Sean: Yeah? Well, that’ll change.
Daniel: It’s slowing down, trust me.
Sean: I was 25 when I hit 130 pounds. Much later on, when I did a tour, I discovered that I don’t travel well. I was fighting the air conditioning on planes, the air conditioning in the cab to the air conditioned hotel. By the time I got into the room I sounded like Paul Robeson. I knew then that traveling would always be a challenge.
Mark: Travel is a big change from your ordinary routine. You find the things that you do in your ordinary life to get you back into your zone – so that you can perform at your top level one hundred percent. For me, it’s working-out a little bit everyday or a full breakfast or maybe two cups of coffee. It’s important to find those things because we travel so much. Especially when you go to a place like Colorado or Santa Fe. Things like walking a lot will get you accustomed to the altitude, the air, the allergens, the humidity. Being from Georgia and moving to Houston – thank goodness I’m used to the humidity. But if you come from a humid place and then go to Colorado where there’s zero humidity – it can really mess with your system.
MARK DIAMOND and DANIEL CURRAN
Il Barbiere di Siviglia – Merola Opera Program, 2011
Production photos by Kristen Loken
Mark Diamond and Daniel Curran will be featured in the following scenes at the Grand Finale which begins at 7:30 pm in the War Memorial Opera House:
BIZET: “Au fond du temple saint” — Les pêcheurs de perles
Zurga – Mark Diamond
Nadir – Scott Quinn
MASSENET: “Suis-je gentille ainsi? Je marche sur tous les chemins” — Manon
Manon – Elizabeth Zharoff
Chorus – Cooper Nolan, Scott Quinn, Mark Diamond, Joo Wan Kang
HANDEL: “Andiam, fidi, al consiglio…Invida sorte avara” — Ariodante
Odoardo – Daniel Curran
Il Rè – Philippe Sly
Harpsichord – Robert Mollicone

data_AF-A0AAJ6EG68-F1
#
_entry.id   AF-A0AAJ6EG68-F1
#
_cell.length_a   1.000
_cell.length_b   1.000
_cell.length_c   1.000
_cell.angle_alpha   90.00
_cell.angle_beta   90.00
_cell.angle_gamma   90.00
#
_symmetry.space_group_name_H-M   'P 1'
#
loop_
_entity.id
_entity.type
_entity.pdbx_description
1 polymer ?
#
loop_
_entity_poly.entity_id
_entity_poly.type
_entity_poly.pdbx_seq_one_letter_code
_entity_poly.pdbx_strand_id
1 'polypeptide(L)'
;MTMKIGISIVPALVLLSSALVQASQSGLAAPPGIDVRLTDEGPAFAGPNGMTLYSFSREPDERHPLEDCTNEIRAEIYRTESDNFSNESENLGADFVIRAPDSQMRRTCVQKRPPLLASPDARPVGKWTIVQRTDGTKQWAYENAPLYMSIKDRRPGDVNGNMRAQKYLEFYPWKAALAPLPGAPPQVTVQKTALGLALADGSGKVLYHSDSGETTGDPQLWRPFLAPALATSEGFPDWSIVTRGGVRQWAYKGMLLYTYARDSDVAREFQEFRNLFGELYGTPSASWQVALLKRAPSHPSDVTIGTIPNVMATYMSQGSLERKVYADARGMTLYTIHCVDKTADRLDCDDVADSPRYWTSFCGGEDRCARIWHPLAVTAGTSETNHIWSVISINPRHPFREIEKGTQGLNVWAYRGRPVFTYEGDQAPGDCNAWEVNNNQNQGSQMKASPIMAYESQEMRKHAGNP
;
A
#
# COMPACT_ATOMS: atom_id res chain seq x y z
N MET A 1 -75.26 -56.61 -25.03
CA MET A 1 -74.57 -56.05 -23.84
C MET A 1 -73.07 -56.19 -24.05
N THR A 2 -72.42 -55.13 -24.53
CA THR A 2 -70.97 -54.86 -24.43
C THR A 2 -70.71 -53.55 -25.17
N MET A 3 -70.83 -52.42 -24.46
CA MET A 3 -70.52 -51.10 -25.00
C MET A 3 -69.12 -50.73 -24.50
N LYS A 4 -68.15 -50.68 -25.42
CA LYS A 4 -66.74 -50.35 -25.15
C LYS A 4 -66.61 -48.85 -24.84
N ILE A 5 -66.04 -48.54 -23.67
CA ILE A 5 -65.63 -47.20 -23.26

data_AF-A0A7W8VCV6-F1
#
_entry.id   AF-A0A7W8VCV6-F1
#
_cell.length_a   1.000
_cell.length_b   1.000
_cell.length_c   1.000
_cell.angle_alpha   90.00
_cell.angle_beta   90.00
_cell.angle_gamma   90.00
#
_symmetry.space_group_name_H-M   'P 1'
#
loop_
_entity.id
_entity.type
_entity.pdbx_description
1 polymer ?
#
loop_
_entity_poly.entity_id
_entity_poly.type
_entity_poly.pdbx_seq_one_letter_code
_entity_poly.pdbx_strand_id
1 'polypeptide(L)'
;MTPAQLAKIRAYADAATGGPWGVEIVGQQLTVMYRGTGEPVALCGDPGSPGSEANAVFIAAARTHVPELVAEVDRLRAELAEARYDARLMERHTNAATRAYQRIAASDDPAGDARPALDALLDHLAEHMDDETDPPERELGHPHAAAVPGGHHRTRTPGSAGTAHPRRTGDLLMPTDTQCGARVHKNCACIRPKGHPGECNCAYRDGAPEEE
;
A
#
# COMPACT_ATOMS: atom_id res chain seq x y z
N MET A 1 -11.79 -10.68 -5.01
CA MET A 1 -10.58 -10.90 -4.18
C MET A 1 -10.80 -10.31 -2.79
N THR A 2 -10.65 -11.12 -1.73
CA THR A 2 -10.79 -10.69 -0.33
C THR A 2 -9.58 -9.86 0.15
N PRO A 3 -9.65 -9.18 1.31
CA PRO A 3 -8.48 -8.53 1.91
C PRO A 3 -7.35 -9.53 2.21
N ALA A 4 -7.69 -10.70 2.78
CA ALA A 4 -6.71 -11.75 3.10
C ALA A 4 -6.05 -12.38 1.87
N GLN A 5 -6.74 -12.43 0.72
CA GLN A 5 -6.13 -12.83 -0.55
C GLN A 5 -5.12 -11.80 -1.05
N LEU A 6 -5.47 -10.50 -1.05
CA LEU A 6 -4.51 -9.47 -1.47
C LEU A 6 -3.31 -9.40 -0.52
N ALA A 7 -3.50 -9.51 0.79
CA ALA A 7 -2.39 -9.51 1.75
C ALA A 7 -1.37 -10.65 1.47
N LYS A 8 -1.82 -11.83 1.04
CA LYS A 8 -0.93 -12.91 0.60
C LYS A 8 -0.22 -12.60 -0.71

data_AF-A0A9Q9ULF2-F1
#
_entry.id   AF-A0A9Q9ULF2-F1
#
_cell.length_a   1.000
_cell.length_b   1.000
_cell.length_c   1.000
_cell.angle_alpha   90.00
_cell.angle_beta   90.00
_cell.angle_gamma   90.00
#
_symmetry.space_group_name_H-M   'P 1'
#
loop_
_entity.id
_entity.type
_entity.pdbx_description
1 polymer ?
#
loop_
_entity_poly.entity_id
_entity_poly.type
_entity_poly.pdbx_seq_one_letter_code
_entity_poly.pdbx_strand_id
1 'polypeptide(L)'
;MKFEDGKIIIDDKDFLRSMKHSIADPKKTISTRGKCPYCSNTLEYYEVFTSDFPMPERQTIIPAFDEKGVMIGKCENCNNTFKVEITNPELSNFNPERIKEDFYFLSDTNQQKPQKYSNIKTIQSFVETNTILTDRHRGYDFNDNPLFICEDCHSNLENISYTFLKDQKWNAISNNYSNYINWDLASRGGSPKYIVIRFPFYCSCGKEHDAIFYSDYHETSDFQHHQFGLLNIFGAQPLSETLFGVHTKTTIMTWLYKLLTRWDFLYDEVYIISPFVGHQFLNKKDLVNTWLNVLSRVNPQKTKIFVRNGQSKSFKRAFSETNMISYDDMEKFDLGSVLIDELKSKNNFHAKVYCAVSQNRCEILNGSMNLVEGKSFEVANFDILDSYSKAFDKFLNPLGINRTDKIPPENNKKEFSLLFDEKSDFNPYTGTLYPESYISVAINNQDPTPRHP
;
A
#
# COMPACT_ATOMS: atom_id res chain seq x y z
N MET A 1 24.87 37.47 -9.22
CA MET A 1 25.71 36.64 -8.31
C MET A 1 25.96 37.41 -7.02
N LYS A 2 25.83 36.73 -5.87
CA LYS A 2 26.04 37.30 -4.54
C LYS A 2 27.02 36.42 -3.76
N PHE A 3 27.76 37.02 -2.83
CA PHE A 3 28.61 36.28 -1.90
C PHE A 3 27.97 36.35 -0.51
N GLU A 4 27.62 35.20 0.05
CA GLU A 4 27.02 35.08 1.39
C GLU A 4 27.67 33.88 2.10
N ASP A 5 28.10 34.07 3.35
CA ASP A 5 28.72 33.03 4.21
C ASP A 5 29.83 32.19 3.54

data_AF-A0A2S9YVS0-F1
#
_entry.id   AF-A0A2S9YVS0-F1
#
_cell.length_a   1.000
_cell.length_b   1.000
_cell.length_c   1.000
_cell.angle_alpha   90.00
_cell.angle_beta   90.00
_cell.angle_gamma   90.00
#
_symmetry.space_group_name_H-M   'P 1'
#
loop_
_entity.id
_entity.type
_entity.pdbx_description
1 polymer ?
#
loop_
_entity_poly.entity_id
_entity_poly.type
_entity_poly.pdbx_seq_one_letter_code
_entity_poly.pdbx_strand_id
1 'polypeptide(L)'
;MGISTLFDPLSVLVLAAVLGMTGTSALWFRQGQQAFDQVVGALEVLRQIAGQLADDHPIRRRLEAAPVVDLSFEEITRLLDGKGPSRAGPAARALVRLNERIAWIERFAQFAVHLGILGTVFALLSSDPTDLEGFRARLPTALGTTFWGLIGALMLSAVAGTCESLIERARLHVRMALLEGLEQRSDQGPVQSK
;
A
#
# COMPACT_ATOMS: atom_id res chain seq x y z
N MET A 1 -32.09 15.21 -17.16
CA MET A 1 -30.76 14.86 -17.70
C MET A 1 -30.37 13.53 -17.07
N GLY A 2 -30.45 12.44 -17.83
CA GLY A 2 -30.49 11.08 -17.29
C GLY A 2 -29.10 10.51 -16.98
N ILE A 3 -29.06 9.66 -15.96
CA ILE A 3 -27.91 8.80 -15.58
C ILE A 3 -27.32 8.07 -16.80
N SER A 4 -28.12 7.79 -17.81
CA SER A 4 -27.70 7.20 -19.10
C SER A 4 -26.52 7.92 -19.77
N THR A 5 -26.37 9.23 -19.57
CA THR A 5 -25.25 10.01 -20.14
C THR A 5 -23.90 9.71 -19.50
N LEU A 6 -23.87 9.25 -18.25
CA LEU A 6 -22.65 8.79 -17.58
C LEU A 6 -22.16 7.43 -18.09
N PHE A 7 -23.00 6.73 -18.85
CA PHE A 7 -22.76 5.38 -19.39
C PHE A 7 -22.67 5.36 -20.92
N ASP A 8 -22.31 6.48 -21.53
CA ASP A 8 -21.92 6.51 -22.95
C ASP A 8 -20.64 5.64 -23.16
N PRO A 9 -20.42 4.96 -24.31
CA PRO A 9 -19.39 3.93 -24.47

DONIZETTI: “Tornami a dir che m’ami” – Don Pasquale
Ernesto – Daniel Curran
Norina – Xi Wang
Click here for ticket information: MEROLA GRAND FINALE
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Sentinel Editor and Publisher
Seán Martinfield, who also serves as Fine Arts Critic, is a native San Franciscan. He is a Theatre Arts Graduate from San Francisco State University, a professional singer, and well-known private vocal coach to Bay Area actors and singers of all ages and persuasions. His clients have appeared in Broadway National Tours including Wicked, Aïda, Miss Saigon, Rent, Bye Bye Birdie, in theatres and cabarets throughout the Bay Area, and are regularly featured in major City events including Diva Fest, Gay Pride, and Halloween In The Castro. As an Internet consultant in vocal development and audition preparation he has published thousands of responses to those seeking his advice concerning singing techniques, professional and academic auditions, and careers in the Performing Arts. Mr. Martinfield’s Broadway clients have all profited from his vocal methodology, “The Belter’s Method”. If you want answers about your vocal technique, post him a question on AllExperts.com. If you would like to build up your vocal performance chops and participate in the Bay Area’s rich theatrical scene, e-mail him at: firstname.lastname@example.org.